Skin Care Could Be The Next Tobacco
Following these revelations and high-profile court cases, many women wonder whether the problem goes beyond a single product and affects skincare too.
When we talk about these products, we’re actually talking about thousands of different chemical compounds, many of which are untested on the human body. Even if the vast majority are benign, millions of people are still at risk. All it takes is a single carcinogenic compound to come into contact with human skin, and all bets are off.
Interestingly, some counties haven’t updated their makeup regulations in many years. In the US, for instance, the last update was in 1938. Only the most dangerous chemicals are banned. We have virtually no information on those that act over a longer time horizon.
Like talc, the dangers of modern ingredients like parabens and phthalates have not been appropriately investigated. Many clinicians believe that these substances interact negatively with the body. Yet, manufacturers continue to dump them into the products, seemingly without a second thought.
The worry for many is that over the next fifty years, we’re going to discover that these chemicals are just as bad for us as tobacco. Women are unthinkingly smothering their bodies with this stuff, believing it to be safe. But at root, it could be just as significant a health threat as smoking.
Remember, so many people use cosmetics now in the West, it is hard to tease out non-users from users. Both men and women slather their bodies with lotions and antiperspirants, so finding a natural control group to study is a challenge. It’s not like smoking where there were clear-cut differences between those who lit up and those who didn’t.
Some Companies Are Ahead Of The Times
For many companies, it simply isn’t ethical to wait for scientific confirmation of the dangers of these ingredients. In their view, we have sufficient evidence to act now and save lives.
Non toxic nail polish from Cienna Rose, for instance, doesn’t contain phthalates, camphor, or formaldehyde, a group of chemicals associated with dizziness, headaches, gastric irritation, and nausea.
Other companies are following suit. Jason, for instance, provides shower gels with no parabens or synthetic components. You can’t work up a lather with these products. However, they still offer the same antibacterial and antiviral action as their peers. It is a price that a lot of consumers are now willing to pay.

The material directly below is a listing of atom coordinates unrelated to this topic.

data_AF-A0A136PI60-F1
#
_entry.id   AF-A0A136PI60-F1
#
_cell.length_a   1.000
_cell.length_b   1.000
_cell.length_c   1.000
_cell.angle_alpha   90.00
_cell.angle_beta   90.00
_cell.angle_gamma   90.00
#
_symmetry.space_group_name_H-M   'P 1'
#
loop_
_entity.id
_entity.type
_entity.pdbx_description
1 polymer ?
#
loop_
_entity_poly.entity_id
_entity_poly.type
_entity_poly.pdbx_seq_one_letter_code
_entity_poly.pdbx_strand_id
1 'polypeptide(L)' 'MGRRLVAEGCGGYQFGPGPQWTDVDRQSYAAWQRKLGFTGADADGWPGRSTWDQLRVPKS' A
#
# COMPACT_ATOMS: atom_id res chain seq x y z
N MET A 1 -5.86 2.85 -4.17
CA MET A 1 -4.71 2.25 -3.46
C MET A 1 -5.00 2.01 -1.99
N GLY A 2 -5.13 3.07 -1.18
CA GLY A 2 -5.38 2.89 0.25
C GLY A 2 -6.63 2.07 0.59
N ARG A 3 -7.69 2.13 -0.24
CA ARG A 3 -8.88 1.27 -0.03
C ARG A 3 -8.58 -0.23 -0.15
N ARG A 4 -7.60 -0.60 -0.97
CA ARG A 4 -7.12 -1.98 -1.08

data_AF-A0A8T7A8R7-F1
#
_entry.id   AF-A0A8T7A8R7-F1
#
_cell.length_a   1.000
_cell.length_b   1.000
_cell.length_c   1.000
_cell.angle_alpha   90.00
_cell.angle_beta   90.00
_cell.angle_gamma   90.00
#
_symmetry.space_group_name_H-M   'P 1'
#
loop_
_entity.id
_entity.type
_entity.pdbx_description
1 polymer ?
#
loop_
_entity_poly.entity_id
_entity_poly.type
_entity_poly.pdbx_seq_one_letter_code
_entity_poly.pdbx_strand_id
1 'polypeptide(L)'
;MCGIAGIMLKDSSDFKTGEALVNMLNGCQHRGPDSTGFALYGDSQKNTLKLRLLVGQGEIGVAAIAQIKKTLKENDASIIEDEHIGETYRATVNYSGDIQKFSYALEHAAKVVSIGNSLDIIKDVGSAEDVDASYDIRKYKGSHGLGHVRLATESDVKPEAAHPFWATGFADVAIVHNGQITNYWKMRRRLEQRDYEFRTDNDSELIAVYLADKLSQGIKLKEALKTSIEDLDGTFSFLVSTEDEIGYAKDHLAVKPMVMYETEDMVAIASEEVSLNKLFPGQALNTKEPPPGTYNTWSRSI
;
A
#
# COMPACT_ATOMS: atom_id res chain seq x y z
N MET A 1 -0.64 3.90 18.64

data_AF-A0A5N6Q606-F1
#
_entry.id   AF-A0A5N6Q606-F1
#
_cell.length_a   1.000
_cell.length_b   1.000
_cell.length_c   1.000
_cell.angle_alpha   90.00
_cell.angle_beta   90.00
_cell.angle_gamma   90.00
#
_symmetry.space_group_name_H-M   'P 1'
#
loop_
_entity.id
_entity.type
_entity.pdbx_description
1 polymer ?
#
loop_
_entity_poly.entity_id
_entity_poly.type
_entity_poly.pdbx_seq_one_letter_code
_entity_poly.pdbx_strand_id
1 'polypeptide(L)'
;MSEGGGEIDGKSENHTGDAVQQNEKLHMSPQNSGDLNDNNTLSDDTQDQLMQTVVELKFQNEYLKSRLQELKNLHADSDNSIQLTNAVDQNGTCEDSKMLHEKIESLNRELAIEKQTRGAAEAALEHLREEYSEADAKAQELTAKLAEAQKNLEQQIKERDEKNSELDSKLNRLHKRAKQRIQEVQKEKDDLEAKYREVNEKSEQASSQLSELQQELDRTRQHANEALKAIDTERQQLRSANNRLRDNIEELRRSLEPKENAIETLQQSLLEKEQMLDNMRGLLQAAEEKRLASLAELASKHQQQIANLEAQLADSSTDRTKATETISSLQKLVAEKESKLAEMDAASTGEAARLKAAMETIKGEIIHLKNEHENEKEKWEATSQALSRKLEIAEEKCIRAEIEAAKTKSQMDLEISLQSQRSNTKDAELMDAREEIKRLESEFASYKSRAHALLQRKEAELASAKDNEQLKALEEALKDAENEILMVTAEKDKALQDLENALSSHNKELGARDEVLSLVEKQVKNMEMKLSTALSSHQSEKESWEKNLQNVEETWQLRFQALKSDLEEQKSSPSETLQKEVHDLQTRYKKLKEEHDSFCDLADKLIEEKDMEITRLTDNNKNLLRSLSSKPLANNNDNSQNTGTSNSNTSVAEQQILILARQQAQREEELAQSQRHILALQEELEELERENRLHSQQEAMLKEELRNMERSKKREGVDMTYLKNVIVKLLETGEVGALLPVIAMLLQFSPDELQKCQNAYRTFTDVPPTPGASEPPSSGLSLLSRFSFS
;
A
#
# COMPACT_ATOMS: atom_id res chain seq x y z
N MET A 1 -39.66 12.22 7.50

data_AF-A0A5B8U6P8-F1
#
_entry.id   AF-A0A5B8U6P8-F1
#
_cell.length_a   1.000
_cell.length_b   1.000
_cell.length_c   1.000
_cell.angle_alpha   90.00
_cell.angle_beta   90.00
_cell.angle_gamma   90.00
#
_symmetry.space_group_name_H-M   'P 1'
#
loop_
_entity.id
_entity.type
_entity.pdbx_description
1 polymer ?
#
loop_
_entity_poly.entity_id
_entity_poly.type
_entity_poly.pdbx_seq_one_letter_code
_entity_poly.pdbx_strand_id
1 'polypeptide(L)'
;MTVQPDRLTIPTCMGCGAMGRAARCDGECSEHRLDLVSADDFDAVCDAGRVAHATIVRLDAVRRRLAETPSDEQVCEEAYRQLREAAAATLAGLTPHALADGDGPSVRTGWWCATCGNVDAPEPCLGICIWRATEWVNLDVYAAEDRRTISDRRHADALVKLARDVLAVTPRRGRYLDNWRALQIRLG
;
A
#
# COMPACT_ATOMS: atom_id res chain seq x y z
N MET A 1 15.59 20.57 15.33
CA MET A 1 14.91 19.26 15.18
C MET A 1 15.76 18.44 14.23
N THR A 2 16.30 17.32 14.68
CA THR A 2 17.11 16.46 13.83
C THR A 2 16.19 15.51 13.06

Experts have also begun talking about the concept of “cosmetic load.” This idea refers to the number of products to which we expose ourselves daily or weekly. As experts point out, most women use shampoo, conditioner, foundation, lipstick, lip gloss, body lotion, and sunscreen, all of which have problematic components. Those in black and ethnic minority communities face additional hazards in the form of hair straightening treatments and skin lightening creams.
Total loads of potential carcinogens are, therefore, higher than they’ve ever been in the past. Without significant intervention, they’re likely to remain an issue for some time to come.
For some, the solution is to include a warning label on products, advising consumers of the risks. But when it comes to makeup, would this make a difference? Cosmetics are so fundamental to how we behave, and how we interact with others, it is hard to imagine giving them up. People quit smoking en masse because the risks outweigh the benefits. But in the case of cosmetics, the benefits are not nearly as clear-cut.
Undoubtedly the best solution is to choose brands that leave out all of the “question mark” chemicals. That way, you get a win-win situation and encourage better behaviour from the industry.
*this is a collaborative post